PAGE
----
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New Delhi: A day after the collapse of efforts in Geneva to strike an eleventh-hour compromise to salvage the first deal in the 19-year history of the World Trade Organization (WTO), India stood firm on Friday, dismissing dire warnings by rich nations over the future of the multilateral forum.

At the same time, India also offered to help find a negotiated solution to its proposals on food security stockholdings that led to WTO’s failure to meet a 31 July deadline for wrapping up the trade facilitation agreement (TFA).

Negotiators in Geneva warned of consequences over India’s refusal to agree to the deadline that would have taken the TFA, aimed at simplifying customs procedures and cutting transaction costs, into the WTO rulebook.

The talks remained deadlocked after New Delhi stuck to its stand that nations must simultaneously find a permanent solution to proposals on food security, which it says are the priority of poorer countries.

On Friday a commerce ministry official in New Delhi said on condition of anonymity that India is prepared to re-engage in negotiations on “day one" after the summer break at Geneva with a clear understanding that its position on food security is firm and its commitment to trade facilitation is “100% firm".

“We want trade facilitation and food security should both pass the muster together and we will work towards that. We look forward to receiving support from our other members and friends in the WTO. Given to ourselves, we are prepared to negotiate a permanent solution in September itself," he said on condition of anonymity.

But WTO director-general Roberto Azevedo, in his address to the informal meeting of the trade negotiations committee on Thursday evening, said that missing the deadline for TFA would have likely repercussions in all areas of WTO’s work.

“My sense, in the light of the things I hear from you, is that this is not just another delay which can simply be ignored or accommodated into a new timetable—this will have consequences. And it seems to me, from what I hear in my conversations with you, that the consequences are likely to be significant," he said.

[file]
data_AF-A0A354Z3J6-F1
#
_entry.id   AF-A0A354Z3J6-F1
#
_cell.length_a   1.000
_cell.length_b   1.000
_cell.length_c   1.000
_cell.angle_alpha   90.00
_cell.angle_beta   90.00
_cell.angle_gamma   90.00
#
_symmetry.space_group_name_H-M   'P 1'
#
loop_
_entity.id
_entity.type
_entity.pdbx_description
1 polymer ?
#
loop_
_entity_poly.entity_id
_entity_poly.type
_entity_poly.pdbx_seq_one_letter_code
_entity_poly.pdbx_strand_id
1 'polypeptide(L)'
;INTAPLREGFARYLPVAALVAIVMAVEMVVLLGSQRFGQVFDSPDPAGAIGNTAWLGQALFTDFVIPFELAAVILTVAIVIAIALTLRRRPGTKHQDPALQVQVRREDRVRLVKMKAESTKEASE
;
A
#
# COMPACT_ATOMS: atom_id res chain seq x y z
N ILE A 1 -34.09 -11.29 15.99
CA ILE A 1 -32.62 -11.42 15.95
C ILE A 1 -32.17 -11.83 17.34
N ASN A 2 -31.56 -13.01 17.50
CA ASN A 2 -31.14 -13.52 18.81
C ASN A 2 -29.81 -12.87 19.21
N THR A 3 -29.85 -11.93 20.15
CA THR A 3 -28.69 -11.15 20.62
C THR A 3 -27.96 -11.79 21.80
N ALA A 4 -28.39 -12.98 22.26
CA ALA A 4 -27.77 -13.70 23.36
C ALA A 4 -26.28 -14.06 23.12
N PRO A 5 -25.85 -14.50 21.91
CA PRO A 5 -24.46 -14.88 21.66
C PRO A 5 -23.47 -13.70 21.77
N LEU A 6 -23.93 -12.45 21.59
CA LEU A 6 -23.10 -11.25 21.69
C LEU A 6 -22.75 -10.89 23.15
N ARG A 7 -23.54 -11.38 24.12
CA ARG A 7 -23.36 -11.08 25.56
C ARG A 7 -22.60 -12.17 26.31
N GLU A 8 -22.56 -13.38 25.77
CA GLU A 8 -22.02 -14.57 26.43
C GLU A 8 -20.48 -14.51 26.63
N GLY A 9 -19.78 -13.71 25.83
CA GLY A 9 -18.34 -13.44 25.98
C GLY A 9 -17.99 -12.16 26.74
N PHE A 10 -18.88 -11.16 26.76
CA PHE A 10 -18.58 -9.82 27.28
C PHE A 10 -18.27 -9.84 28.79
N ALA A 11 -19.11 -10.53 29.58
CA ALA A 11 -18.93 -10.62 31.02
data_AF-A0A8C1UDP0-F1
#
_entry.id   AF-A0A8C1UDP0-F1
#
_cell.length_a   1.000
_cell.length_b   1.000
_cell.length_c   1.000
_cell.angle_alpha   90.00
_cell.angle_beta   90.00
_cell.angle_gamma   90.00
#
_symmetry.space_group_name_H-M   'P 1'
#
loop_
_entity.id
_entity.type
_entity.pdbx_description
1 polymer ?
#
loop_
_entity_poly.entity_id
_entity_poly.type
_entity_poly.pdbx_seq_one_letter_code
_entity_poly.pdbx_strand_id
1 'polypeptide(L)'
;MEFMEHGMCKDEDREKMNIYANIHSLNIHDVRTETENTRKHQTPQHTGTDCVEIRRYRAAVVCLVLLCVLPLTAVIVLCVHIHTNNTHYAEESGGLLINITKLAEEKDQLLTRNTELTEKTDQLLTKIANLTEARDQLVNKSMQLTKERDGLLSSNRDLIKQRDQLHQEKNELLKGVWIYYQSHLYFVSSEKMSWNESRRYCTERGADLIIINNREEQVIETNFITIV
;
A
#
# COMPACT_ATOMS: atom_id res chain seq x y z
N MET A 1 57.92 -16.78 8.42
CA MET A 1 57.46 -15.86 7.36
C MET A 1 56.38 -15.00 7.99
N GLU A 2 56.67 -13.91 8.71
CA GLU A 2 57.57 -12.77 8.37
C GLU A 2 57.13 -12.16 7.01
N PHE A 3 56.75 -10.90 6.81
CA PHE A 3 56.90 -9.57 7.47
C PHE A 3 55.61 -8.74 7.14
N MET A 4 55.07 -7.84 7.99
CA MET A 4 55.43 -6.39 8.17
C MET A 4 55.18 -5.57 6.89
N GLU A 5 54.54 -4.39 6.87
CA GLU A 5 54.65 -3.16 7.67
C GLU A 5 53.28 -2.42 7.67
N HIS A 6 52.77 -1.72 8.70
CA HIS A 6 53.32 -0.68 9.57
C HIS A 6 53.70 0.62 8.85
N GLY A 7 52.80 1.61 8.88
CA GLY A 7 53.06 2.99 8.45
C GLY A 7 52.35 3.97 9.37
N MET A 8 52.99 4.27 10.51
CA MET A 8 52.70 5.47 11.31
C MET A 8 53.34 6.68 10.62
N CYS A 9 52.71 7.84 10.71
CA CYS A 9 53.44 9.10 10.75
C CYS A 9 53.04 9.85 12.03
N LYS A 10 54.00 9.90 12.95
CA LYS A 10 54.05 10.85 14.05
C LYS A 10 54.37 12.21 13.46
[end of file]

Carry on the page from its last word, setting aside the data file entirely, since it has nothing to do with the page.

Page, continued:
Azevedo, however, left it to the member countries to decide what the consequences will be after WTO’s summer break.

Azevedo said that on the one side there is firm conviction, shared by many, that the decisions trade ministers reached at Bali, Indonesia, in December last year cannot be changed or amended in any way. On the other side of the debate, he said in a reference to India, “we have some who believe that those decisions leave unresolved concerns that need to be addressed in ways that, in the view of others, change the balance of what was agreed in Bali".

India believes progress on TFA has been quicker than that over its proposal on food security—a departure from WTO’s practice of ‘single undertaking’, under which all parts of an agreement move together.

At the heart of the problem is a WTO rule that caps subsidies to farmers in developing countries at 10% of the total value of agricultural production, based on 1986-88 prices. Developing countries complain that the base year is outdated and that they need to be given leeway to stock enough grains for the food security of millions of their poor.

The TFA is meant to simplify customs procedures, facilitate the speedy release of goods from ports and cut transaction costs.

“The United States regrets that a handful of Members have decided not to adhere to their commitment to implement the TFA consistent with the Bali agreement," said Michael Froman, US Trade Representative.

João Cravinho, the European Union ambassador to India, tweeted: “Deeply concerned about sinking of WTO deal which will have profoundly negative global consequences."

While agencies reported that some countries have already discussed a plan to exclude India from the facilitation agreement and push ahead regardless, Indian officials dismissed the idea. “If a bunch of developed countries who anyway have world class trade infrastructure want to sign a deal among themselves, then good luck to them. The deal makes no sense without developing countries like India," a second Indian trade ministry official said on condition of anonymity.

New Zealand minister of overseas trade, Tim Groser, told Reuters, “India is the second biggest country by population, a vital part of the world economy and will become even more important. The idea of excluding India is ridiculous."

“I don’t want to be too critical of the Indians. We have to try and pull this together and at the end of the day putting India into a box would not be productive," he added.

Anwarul Hoda, a former deputy director-general at WTO, said while India is right that the 31 July deadline was not sacrosanct and no violation has been made in legal terms, India’s move could be politically damaging. “If we don’t rush to save the Bali deal, the US will drag itself away from multilateral negotiations at the WTO and will focus on the regional trade agreements like TTP and TTIP (Trans-Pacific Partnership and Transatlantic Trade and Investment Partnership). That will not be in India’s interest," he added.

Signs of a possible compromise emerged in New Delhi on Thursday after visiting US secretary of state John Kerry indicated a possible compromise on the issue of food security to address India’s concerns that would help break the stalemate.

But obviously, things did not work out in the green room discussions at WTO in Geneva.

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